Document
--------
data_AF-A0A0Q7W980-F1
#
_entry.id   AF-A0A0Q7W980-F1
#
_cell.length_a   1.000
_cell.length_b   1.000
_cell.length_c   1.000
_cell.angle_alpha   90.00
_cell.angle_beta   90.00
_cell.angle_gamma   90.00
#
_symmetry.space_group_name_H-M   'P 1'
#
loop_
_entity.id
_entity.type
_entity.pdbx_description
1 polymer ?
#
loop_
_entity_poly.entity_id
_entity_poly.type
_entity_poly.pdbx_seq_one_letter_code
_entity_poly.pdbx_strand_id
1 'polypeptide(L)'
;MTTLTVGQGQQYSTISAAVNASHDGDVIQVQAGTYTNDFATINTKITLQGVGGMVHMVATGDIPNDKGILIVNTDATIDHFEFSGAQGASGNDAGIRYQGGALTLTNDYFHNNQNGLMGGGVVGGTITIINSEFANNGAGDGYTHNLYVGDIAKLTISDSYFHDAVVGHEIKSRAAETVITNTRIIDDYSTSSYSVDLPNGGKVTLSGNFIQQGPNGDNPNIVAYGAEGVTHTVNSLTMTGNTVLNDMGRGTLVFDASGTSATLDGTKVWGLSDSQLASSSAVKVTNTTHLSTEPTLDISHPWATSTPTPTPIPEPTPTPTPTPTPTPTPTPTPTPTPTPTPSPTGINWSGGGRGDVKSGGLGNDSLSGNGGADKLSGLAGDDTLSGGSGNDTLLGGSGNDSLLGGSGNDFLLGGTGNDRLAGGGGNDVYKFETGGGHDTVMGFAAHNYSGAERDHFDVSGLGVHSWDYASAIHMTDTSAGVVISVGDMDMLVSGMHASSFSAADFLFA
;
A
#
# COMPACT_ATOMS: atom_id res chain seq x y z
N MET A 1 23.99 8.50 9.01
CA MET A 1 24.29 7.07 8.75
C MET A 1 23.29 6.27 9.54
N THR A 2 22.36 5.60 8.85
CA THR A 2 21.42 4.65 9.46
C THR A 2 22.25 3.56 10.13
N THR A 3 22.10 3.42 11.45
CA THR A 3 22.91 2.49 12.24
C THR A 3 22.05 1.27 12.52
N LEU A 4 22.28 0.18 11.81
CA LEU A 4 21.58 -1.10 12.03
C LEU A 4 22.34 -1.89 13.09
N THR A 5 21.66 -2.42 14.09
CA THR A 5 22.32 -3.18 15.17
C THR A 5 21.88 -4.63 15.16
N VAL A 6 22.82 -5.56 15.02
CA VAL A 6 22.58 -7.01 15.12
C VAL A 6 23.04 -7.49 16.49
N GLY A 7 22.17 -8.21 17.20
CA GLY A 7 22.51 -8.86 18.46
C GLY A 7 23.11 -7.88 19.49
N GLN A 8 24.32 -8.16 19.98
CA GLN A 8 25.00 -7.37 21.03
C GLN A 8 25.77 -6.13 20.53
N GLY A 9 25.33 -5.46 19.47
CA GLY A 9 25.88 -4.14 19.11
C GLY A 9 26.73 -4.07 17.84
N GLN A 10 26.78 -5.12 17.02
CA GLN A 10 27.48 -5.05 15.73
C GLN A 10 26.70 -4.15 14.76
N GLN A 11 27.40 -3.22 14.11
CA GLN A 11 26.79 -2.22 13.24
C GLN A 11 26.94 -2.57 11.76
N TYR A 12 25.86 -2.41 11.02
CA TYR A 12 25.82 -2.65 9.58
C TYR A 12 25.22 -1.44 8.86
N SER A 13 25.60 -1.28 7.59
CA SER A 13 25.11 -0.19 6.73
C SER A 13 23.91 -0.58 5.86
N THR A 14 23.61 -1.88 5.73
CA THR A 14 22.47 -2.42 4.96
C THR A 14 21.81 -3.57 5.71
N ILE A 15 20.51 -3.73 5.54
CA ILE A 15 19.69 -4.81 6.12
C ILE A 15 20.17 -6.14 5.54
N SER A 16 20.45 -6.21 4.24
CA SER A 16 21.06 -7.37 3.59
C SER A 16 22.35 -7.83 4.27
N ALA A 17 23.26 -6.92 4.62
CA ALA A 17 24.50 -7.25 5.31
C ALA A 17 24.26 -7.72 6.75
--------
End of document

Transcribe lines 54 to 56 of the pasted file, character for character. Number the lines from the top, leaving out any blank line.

C GLN A 8 25.77 -6.13 20.53
N GLY A 9 25.33 -5.46 19.47
CA GLY A 9 25.88 -4.14 19.11